SHA3-256 is quantum-proof, should last billions of years

Ye Olde hash standard looks like it can beat the coming of the quantum cats


Although it's reasonable to assume that a world with real quantum computers will ruin traditional asymmetric encryption, perhaps surprisingly hash functions might survive.

That's the conclusion of a group of boffins led by Matthew Amy of Canada's University of Waterloo, in a paper at the International Association of Cryptologic Research.

The researchers – which included contributions from the Perimeter Institute for Theoretical Physics and the Canadian Institute for Advanced Research – looked at attacks on SHA-2 and SHA-3 using Grover's algorithm (a quantum algorithm to search "black boxes" - Wikipedia).

They reckon both SHA-256 and SHA3-256 need around 2166 “logical qubit cycles” to crack.

Perhaps counter-intuitively, the paper says the problem isn't in the quantum computers, but the classical processors needed to manage them.

The paper notes: “The main difficulty is that the coherence time of physical qubits is finite. Noise in the physical system will eventually corrupt the state of any long computation.”

“Preserving the state of a logical qubit is an active process that requires periodic evaluation of an error detection and correction routine.”

If the quantum correction is handled by ASICs running at a few million hashes per second (and if Vulture South's spreadsheet is right), Grover's algorithm would need about 1032 years to crack SHA-256 or SHA3-256.

That's considerably longer than the mere 14 billion years the universe has existed, although less than the estimated 10100 years until the heat death of the universe. Even if you didn't care about the circuit footprint and used a billion-hash-per-second Bitcoin-mining ASIC, the calculation still seems to be in the order of 1029 years. ®

Similar topics

Broader topics


Other stories you might like

  • Protecting data now as the quantum era approaches
    Startup QuSecure is the latest vendor to jump into the field with its as-a-service offering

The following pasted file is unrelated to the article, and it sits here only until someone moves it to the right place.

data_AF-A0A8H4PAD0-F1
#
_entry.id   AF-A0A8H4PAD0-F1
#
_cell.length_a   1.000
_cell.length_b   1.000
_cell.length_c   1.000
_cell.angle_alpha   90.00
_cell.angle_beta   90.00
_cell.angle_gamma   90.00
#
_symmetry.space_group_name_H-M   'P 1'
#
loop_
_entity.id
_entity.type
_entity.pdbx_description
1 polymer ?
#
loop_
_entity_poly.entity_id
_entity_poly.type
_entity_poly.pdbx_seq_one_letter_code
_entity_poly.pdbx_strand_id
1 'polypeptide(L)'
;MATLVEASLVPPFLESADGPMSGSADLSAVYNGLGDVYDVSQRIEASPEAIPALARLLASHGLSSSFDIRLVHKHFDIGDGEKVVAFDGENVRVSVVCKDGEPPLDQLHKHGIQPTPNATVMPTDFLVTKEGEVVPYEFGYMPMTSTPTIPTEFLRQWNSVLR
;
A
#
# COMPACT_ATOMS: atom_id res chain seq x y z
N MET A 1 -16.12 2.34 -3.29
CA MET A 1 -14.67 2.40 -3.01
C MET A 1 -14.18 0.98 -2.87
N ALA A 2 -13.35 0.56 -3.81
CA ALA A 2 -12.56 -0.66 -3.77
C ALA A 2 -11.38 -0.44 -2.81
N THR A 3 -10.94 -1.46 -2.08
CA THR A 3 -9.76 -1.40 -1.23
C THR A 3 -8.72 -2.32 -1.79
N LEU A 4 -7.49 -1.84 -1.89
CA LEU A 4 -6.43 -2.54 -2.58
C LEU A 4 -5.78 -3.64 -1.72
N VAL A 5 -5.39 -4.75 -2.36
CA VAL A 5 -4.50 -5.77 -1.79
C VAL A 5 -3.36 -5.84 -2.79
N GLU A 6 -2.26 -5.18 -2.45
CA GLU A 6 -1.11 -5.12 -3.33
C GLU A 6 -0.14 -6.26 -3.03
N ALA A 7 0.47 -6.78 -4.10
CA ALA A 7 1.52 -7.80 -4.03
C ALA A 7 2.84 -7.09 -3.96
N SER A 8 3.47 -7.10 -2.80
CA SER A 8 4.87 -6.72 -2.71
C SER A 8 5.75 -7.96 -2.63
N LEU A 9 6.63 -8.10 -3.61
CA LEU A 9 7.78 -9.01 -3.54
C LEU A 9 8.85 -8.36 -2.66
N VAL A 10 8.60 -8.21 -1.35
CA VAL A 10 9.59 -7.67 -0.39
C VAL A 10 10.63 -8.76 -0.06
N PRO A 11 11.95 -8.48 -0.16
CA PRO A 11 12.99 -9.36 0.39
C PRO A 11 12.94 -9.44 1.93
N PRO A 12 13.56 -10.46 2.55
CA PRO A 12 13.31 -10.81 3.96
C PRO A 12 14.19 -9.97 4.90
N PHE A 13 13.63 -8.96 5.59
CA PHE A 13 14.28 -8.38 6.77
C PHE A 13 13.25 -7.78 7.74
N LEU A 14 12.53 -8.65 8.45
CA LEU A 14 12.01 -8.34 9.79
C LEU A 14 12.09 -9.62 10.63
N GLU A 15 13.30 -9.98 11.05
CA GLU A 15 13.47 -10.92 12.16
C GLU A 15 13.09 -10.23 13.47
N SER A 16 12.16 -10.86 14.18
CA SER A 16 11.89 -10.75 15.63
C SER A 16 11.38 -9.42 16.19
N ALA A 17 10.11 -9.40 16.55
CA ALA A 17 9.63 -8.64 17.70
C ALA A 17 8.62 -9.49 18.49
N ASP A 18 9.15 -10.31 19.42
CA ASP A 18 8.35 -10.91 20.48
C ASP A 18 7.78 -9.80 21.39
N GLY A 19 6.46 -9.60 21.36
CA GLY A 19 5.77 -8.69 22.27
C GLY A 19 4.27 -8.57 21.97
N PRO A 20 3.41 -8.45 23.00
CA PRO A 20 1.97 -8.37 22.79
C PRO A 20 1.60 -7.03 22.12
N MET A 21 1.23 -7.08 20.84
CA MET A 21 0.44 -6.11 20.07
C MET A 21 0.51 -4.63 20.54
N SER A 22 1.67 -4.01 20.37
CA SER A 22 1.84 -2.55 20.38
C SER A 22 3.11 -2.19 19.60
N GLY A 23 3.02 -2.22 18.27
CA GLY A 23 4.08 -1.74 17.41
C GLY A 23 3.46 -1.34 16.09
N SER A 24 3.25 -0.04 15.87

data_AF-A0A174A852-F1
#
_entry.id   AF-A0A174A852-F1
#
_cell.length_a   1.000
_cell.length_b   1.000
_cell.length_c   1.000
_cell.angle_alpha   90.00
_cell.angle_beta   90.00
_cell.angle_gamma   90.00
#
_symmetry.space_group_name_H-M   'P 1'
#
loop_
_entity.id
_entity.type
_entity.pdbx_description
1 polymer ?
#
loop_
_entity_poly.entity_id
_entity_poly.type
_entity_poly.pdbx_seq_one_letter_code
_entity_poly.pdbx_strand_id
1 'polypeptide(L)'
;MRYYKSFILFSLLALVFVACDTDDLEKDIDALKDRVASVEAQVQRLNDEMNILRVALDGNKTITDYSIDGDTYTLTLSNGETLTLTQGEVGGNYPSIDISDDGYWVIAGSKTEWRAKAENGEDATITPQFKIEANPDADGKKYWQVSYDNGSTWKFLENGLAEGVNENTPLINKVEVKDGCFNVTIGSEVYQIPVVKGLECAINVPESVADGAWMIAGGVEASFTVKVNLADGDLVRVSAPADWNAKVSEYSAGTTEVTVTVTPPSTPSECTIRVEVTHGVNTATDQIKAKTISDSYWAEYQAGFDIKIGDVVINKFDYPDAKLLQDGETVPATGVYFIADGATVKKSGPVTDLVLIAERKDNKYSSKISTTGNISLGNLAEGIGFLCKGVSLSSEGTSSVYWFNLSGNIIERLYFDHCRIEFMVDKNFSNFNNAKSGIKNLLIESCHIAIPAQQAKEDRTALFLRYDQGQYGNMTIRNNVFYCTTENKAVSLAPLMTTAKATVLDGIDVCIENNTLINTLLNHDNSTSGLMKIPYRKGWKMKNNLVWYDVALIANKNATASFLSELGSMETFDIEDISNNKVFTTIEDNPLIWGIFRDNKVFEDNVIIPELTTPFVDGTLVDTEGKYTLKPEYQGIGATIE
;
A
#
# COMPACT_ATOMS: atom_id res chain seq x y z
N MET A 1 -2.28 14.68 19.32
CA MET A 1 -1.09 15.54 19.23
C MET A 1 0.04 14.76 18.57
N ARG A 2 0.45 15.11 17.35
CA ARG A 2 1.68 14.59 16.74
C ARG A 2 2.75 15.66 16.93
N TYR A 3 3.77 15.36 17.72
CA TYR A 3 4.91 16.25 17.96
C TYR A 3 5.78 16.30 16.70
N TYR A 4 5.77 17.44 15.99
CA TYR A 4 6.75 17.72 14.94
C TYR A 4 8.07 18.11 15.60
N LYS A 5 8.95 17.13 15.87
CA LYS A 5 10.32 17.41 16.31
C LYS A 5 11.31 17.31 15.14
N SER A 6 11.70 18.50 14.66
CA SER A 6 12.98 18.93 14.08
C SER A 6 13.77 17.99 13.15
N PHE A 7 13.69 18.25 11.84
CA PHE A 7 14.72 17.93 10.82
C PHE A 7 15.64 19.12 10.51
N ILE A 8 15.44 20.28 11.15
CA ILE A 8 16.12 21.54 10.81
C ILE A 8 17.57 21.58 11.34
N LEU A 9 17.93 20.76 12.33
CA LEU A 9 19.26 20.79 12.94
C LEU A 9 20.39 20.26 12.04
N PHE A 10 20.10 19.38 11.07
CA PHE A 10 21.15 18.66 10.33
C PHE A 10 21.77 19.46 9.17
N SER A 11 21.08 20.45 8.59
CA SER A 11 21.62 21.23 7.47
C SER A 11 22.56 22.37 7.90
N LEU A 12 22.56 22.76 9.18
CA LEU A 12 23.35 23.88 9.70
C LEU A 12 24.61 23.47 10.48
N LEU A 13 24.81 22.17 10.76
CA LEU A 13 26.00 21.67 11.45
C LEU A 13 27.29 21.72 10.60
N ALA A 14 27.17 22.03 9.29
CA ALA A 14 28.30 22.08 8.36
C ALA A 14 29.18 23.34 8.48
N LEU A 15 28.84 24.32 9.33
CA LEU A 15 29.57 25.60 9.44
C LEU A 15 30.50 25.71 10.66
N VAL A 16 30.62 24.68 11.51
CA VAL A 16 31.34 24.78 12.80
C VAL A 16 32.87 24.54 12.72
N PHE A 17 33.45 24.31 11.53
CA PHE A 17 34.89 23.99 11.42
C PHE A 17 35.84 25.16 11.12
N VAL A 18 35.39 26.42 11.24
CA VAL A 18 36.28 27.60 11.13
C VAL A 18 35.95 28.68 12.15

Analysis Startup QuSecure will this week introduce a service aimed at addressing how to safeguard cybersecurity once quantum computing renders current public key encryption technologies vulnerable.

    It's unclear when quantum computers will easily crack classical crypto – estimates range from three to five years to never – but conventional wisdom is that now's the time to start preparing to ensure data remains encrypted.

    A growing list of established vendors like IBM and Google and smaller startups – Quantum Xchange and Quantinuum, among others – have worked on this for several years. QuSecure, which is launching this week after three years in stealth mode, will offer a fully managed service approach with QuProtect, which is designed to not only secure data now against conventional threats but also against future attacks from nation-states and bad actors leveraging quantum systems.

    Continue reading
  • D-Wave deploys first US-based Advantage quantum system
    For those that want to keep their data in the homeland

    Quantum computing outfit D-Wave Systems has announced availability of an Advantage quantum computer accessible via the cloud but physically located in the US, a key move for selling quantum services to American customers.

    D-Wave reported that the newly deployed system is the first of its Advantage line of quantum computers available via its Leap quantum cloud service that is physically located in the US, rather than operating out of D-Wave’s facilities in British Columbia.

    The new system is based at the University of Southern California, as part of the USC-Lockheed Martin Quantum Computing Center hosted at USC’s Information Sciences Institute, a factor that may encourage US organizations interested in evaluating quantum computing that are likely to want the assurance of accessing facilities based in the same country.

    Continue reading
  • BMW looks to quantum computers to speed R&D
    Pasqal to provide compute based on approaches by Qu&Co acquisition

    BMW has become the latest company to give quantum an early chance, with the goal of shrinking development cycles beyond traditional means.

    Quantum computing systems and software startup Pasqal announced that it is partnering with the German automaker, which will use the French biz's proprietary differential-equation-solving algorithm to test quantum computing's applicability to metal-forming modeling.

    BMW is experimenting with Pasqal's systems to reduce time spent building and testing physical models of metal components, which often have to be minutely tweaked after testing to achieve the results designers and engineers want.

    Continue reading
  • IBM: Give us three years to solve quantum computing scaling
    Big Blue claims it'll have a 4,158 qubit system by 2025

    IBM Think IBM has big plans for its quantum computing gambit, including the launch of a 4,158-qubit system by 2025. To put that in context, the company just launched it's 127-qubit "Eagle" system in 2021.

    The ambitious qubit count goal was presented at IBM Think 2022 during a tour of IBM's expanded supercomputing roadmap, which takes Big Blue through 2025, the year IBM Quantum VP Jay Gambetta said says "will have effectively removed the main boundaries in the way of scaling quantum processors." 

    IBM telegraphed its quantum computing plans in 2020 when it revealed its plan to design quantum computers that work with classical computers and interconnects to form one big datacenter style quantum system. 

    Continue reading

Biting the hand that feeds IT © 1998–2022